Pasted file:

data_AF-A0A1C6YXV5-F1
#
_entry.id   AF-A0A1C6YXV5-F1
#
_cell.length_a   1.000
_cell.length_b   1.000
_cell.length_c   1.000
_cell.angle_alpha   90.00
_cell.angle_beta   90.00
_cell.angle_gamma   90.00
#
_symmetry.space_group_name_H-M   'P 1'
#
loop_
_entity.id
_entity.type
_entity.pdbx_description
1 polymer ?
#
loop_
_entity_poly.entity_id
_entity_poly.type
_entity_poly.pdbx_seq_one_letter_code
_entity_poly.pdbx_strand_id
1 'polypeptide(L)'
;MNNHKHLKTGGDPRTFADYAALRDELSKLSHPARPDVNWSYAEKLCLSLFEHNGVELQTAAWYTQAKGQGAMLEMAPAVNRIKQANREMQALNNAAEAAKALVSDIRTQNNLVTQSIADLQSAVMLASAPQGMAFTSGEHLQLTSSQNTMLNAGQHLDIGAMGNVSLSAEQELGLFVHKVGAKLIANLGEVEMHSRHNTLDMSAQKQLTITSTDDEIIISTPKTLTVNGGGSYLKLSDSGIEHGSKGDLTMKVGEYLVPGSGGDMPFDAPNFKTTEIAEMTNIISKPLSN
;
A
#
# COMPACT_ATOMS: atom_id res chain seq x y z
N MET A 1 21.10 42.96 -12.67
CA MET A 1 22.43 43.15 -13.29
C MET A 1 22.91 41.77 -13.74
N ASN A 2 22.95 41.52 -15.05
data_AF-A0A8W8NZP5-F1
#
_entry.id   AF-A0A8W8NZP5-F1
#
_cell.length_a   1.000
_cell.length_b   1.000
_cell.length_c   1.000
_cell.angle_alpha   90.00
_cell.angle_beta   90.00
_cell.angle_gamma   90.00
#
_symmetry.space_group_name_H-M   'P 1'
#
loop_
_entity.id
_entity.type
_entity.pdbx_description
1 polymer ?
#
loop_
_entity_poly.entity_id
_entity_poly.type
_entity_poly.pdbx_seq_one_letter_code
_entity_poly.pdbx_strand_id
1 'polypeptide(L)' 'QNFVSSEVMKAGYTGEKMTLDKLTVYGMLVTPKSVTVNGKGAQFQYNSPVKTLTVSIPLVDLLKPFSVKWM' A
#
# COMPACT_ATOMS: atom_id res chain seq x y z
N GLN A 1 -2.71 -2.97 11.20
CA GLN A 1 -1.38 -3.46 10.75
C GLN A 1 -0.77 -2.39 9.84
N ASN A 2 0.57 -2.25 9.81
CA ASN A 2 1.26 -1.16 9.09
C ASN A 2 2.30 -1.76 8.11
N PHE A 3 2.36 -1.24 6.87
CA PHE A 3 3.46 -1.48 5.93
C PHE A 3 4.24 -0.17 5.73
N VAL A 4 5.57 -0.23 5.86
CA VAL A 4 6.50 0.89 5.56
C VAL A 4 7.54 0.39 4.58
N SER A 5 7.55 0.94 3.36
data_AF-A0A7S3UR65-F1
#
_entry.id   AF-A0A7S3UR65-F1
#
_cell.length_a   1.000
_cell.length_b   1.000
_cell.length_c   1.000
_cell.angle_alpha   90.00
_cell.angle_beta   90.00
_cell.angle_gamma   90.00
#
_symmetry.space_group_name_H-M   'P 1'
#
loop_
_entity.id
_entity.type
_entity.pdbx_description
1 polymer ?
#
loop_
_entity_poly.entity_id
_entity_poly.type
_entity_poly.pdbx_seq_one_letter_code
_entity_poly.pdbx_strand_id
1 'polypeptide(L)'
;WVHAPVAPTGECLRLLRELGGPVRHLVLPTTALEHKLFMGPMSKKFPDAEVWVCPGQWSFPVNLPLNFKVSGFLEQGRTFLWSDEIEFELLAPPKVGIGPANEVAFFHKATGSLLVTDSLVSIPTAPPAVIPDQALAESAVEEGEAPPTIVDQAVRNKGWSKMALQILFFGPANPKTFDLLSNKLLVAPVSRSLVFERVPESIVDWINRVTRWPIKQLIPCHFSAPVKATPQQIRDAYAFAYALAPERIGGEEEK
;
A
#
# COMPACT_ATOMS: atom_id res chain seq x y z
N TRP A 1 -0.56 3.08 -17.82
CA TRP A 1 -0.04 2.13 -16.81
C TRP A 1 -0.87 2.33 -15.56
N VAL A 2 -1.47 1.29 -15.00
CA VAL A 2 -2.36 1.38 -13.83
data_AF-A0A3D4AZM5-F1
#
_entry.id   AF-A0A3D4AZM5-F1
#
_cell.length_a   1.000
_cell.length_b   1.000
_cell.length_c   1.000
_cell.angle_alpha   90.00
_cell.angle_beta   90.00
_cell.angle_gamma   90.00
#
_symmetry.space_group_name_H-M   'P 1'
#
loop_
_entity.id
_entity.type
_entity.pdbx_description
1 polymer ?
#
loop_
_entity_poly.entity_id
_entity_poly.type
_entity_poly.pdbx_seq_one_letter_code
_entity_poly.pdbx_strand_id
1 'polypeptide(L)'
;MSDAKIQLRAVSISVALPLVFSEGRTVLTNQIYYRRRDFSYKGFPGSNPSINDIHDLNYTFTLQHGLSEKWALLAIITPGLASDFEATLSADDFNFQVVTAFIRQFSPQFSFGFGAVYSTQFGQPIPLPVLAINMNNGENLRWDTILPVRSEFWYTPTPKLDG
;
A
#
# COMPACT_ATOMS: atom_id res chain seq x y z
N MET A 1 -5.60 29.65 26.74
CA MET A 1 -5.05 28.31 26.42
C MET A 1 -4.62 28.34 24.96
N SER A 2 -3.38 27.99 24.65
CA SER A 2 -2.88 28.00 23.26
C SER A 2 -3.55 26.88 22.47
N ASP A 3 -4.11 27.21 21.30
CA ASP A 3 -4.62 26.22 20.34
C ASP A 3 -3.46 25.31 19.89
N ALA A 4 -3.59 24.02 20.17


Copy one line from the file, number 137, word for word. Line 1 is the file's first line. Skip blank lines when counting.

A